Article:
Seattle can't afford to fund arts, housing or tourism, but it can find $135 million to repair the Mariners stadium

#1

Originally published at: https://boingboing.net/2018/09/18/baseball-and-circuses.html

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#2

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#3

Legion of Gloom.

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#4

But our sportsball!

I am embarrassed to live in Seattle today.

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#5

You can have nice things or sports, and since sports are popular, this is why we can’t have nice things.

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#6

$135 million for a game of rounders? If anybody wants me, I’ll be in Huston, watching a real sport.

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#7

It’s just regular blackmail, if they don’t foot the bill the team will leave and then people will notice. It’s sad that cities will cut off their nose so that a rich team won’t have to cut into their budget. Even worse is they’re not very good.

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#8

I have yet to hear a good argument for public funding of billionaire sports teams, and their accompanying ridiculous shrines to toxic masculinity. But sports!!1!!, so I guess it really doesn’t matter. Can’t have the worst stadium, even if your residents are living in squalor.

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#9

First, this is King County which includes Seattle but also more than a million other people and about 50 smaller cities and towns.

Second three of the four county council members who voted no are from districts which include big chunks of Seattle. One of the five who voted yes is from a Seattle district.

A much more accurate headline would be “suburbs around Seattle won’t…”.

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#10

Is it too radical to propose tax dollars shouldn’t go towards sports stadiums where the pro sports teams using the stadium still doesn’t allow women to play alongside with men?

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#11

“This is not going to be received well I anticipate with our taxpayers, with our voters. It certainly not sitting well with me. Be that as it may, it looks like it is a done deal and we’ll have to live with the consequences.”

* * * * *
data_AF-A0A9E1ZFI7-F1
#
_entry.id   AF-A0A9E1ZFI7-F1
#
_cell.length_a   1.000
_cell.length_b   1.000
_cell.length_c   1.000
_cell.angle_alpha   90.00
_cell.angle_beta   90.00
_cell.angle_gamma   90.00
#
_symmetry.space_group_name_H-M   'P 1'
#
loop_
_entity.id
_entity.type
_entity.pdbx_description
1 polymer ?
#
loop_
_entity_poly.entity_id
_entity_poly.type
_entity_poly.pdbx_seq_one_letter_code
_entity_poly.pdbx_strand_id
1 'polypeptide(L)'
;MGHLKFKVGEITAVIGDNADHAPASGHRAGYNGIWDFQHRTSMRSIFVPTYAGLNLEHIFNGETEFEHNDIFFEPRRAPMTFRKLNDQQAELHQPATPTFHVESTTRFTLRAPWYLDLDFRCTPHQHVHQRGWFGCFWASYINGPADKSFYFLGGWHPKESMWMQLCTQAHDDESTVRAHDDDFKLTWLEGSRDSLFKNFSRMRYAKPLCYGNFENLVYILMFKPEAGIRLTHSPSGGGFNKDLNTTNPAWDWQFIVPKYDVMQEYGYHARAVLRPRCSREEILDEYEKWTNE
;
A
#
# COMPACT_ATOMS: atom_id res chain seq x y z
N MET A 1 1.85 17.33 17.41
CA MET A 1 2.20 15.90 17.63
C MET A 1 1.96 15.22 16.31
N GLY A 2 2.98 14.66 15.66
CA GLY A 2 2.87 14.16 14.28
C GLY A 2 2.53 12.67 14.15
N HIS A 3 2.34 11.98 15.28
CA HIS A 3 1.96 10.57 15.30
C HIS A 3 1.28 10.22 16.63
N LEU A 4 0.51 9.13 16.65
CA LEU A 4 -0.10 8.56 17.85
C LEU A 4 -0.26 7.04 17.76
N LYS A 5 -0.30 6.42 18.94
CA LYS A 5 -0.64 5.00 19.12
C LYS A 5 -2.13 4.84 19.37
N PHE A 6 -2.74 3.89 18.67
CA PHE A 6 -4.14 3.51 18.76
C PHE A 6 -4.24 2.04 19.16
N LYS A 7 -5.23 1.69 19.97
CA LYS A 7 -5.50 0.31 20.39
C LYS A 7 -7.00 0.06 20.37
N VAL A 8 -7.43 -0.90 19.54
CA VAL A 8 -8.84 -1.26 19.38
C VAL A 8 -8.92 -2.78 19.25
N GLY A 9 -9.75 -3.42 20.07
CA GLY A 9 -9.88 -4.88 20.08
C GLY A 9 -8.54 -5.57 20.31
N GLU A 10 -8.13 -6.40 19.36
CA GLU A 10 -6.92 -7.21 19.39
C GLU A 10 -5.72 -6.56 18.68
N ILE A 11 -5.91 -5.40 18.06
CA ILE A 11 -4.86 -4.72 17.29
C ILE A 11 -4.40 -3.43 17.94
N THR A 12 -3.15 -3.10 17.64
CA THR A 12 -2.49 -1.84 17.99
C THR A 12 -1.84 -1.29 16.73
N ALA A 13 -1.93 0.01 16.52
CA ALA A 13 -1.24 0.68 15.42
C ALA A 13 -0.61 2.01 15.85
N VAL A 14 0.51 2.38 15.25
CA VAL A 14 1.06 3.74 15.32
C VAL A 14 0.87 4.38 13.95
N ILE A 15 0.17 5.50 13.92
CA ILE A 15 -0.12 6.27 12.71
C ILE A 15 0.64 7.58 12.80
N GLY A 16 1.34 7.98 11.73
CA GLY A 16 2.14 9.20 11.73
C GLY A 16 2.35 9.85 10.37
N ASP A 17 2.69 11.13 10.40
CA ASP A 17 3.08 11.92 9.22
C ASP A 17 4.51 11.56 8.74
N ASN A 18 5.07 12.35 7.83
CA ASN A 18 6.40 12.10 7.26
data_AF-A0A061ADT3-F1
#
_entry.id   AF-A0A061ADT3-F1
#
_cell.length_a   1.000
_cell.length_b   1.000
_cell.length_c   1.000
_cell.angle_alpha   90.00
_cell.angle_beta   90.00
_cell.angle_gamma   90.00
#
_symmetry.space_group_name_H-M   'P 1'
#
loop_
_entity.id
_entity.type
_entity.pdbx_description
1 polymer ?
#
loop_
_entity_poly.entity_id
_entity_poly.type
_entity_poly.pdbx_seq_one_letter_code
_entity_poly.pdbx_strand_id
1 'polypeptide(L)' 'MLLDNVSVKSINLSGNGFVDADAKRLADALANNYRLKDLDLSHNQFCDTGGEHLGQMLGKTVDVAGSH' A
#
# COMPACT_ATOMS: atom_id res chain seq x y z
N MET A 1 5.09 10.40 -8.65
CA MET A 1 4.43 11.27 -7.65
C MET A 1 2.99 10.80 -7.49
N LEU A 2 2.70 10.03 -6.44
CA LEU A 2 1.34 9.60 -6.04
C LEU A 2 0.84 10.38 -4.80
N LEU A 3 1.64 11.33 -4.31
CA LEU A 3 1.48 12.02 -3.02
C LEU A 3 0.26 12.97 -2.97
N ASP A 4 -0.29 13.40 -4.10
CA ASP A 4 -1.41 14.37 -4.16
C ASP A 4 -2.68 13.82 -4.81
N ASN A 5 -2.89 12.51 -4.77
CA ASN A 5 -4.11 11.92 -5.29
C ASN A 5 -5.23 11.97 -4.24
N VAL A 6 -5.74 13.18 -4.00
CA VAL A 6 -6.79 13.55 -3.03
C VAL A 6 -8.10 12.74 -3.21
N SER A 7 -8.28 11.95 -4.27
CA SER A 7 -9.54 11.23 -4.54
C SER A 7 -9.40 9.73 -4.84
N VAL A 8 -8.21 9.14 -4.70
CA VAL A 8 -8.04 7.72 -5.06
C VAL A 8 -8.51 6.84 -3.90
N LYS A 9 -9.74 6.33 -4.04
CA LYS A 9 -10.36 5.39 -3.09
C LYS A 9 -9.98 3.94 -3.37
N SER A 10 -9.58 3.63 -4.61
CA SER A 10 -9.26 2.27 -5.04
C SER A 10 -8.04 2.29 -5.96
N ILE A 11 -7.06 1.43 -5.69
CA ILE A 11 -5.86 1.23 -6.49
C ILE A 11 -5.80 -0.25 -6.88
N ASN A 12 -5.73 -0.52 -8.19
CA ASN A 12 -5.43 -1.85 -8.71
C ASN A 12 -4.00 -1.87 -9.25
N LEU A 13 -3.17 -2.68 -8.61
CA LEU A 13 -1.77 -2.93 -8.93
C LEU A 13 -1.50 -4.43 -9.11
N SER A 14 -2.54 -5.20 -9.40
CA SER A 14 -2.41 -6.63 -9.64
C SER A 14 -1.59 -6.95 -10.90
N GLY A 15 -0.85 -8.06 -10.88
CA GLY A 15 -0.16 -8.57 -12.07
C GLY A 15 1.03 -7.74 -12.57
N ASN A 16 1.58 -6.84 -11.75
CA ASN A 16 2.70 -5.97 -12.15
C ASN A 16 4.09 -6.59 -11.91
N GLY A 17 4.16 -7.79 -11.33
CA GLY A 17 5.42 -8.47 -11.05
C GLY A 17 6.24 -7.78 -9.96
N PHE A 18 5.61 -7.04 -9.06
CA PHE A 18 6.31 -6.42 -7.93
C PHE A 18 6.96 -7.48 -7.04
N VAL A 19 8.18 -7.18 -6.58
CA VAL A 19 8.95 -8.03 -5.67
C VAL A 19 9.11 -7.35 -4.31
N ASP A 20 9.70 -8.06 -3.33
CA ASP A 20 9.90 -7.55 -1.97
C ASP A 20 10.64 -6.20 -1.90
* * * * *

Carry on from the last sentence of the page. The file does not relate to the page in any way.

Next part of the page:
I wonder how true that is? Taxpayers are often the ones that vote for public funding of privately owned sports franchises. We went through something similar in Arlington a couple of years ago when the Texas Rangers wanted a new stadium. It went up for a vote and voters overwhelmingly supported it.

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#12

Totally agree with incentivizing equity, but taxpayer support for privately-owned for-profit entities boggles my mind.

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#13

I second that.

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#14

Oh geez.

2018:

" In $180 million ask for public money, Mariners cite retractable roof used 400 times per year"

2012:

“Safeco Field’s roof least used among retractable roof stadiums

Whom are these people that are going to be pleased all the time ?

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#15

The word you are looking for is “capitalism”.

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#16

This right here is why more people need to pay attention to municipal elections, and the candidates listed therein.

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#17

I don’t think that going co-ed would appreciably strengthen the case for public funding.

If this were sports apparatus the public was intended to use failure to be evenhandededly available to all subject only to basic scheduling constraints would be a serious problem; but they might have a case for funding along the same lines as other public goods if they solved that problem.

In this case, though, the stadium is for the nearly(they usually cram a few bits and pieces into the time that isn’t worth anything to them) exclusive use and benefit of a private sportsball team(and one that doesn’t even have the decency to provide the taxpayers with tickets of value commensurate with their subsidy, much less a choice about whether or not to subsidize).

When the public has basically zero shot at any status other than ‘paying spectator’ the facility is so heavily exclusive that the makeup of the team on the field is pretty much below the noise floor.

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#18

Yeah, fuck’em, amiright?

#19

Here’s what gets to me.
In the off seasons for these structures there are homeless people sleeping on their very doorsteps.
Well, during the seasons too, for that matter.

I think sports bettors ought go bet on cockroach races under the freeway and this land and these structures ought go to better uses.

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#20

My city is currently doing something similar, cutting arts & culture funding to pay for a 2026 Winter Olympics bid.

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